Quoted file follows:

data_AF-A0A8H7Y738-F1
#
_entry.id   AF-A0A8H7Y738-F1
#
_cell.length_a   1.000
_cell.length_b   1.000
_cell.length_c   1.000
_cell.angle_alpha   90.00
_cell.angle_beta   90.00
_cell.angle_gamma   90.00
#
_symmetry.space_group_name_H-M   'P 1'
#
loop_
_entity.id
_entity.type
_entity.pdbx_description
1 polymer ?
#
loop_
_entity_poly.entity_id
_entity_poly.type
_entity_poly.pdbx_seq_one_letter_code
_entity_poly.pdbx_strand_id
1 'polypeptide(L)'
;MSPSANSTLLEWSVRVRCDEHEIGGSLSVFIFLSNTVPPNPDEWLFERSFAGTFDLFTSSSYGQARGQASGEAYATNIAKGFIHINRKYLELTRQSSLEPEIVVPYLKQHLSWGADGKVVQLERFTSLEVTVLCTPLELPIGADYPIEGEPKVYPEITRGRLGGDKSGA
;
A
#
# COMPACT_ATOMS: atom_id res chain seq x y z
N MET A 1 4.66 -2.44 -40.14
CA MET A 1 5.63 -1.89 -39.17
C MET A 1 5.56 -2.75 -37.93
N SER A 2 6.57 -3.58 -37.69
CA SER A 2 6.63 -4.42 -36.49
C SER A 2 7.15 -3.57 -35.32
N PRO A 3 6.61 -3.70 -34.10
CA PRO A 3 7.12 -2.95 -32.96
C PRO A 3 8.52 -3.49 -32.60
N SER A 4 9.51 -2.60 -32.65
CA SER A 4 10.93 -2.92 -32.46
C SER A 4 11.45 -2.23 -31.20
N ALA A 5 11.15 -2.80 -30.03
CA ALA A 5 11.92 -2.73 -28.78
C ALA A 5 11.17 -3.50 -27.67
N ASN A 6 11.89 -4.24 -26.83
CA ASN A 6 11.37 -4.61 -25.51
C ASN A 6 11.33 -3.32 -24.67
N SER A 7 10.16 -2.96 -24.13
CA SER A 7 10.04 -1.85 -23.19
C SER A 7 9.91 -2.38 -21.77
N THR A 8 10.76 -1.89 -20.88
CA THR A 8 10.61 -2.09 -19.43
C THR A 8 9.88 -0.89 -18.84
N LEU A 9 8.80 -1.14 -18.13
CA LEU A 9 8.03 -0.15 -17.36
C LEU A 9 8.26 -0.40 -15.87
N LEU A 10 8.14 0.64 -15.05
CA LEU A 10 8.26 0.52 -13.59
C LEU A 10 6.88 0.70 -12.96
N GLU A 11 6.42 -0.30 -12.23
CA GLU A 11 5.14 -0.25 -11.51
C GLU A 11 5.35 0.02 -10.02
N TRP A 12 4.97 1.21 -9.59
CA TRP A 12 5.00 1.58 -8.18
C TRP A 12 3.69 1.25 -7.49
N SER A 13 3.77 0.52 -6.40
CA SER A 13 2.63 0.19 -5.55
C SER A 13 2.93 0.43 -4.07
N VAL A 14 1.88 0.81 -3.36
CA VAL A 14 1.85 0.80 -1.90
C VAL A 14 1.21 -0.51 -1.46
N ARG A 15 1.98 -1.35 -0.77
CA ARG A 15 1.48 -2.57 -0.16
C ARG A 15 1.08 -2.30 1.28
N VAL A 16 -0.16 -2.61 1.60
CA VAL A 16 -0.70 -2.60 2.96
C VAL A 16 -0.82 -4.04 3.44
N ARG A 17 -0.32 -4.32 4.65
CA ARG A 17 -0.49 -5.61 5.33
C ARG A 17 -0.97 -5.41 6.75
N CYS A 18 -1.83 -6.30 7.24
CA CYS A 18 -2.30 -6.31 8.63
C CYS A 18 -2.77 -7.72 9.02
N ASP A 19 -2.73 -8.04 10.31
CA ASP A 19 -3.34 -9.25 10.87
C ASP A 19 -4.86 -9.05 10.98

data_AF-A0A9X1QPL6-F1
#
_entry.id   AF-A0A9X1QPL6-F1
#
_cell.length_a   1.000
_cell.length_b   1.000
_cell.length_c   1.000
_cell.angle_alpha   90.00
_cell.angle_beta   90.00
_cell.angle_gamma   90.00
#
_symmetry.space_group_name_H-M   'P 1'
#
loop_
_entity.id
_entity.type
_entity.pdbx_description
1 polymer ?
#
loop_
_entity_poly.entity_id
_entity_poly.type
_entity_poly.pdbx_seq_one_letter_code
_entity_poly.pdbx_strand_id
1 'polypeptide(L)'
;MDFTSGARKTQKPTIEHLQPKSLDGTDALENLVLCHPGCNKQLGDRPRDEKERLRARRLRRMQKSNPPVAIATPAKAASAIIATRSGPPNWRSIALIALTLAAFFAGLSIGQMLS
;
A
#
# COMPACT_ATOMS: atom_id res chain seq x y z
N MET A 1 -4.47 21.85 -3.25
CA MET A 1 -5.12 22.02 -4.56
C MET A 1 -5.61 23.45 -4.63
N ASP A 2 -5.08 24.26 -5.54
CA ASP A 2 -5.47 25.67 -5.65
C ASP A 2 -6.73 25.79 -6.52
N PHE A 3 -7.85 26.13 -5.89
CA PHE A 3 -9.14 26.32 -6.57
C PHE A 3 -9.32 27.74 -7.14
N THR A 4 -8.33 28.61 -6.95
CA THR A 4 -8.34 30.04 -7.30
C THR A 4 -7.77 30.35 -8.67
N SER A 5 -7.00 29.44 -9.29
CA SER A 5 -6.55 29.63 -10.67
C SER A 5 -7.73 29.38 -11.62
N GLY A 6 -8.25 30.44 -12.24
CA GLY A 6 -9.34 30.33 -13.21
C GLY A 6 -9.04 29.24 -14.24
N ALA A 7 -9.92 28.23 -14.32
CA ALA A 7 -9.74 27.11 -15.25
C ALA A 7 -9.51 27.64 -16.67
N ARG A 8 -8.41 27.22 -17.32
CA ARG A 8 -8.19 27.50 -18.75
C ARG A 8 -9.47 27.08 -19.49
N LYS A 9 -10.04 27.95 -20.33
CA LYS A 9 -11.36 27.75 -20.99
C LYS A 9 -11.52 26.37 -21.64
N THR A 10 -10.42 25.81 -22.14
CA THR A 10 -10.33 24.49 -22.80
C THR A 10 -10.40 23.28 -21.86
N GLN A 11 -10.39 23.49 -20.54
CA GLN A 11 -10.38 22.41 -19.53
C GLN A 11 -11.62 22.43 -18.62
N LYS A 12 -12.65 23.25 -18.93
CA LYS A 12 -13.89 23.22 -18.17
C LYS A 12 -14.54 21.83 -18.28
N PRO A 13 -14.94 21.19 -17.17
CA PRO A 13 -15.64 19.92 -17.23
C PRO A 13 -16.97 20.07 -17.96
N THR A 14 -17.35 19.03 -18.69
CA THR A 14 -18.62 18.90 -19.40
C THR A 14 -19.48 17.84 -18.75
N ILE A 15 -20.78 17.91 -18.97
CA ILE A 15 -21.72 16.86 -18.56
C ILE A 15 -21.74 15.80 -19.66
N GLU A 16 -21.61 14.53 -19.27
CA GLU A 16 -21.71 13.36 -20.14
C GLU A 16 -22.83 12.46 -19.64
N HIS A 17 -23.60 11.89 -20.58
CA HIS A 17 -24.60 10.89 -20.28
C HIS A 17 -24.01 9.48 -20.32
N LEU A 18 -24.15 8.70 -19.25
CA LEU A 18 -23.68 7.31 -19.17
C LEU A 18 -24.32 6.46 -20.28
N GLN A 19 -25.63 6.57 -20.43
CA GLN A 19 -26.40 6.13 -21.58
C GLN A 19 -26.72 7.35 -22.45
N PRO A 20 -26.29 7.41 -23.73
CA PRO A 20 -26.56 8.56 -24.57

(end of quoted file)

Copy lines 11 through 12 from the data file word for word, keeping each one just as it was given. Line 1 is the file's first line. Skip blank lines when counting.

#
_symmetry.space_group_name_H-M   'P 1'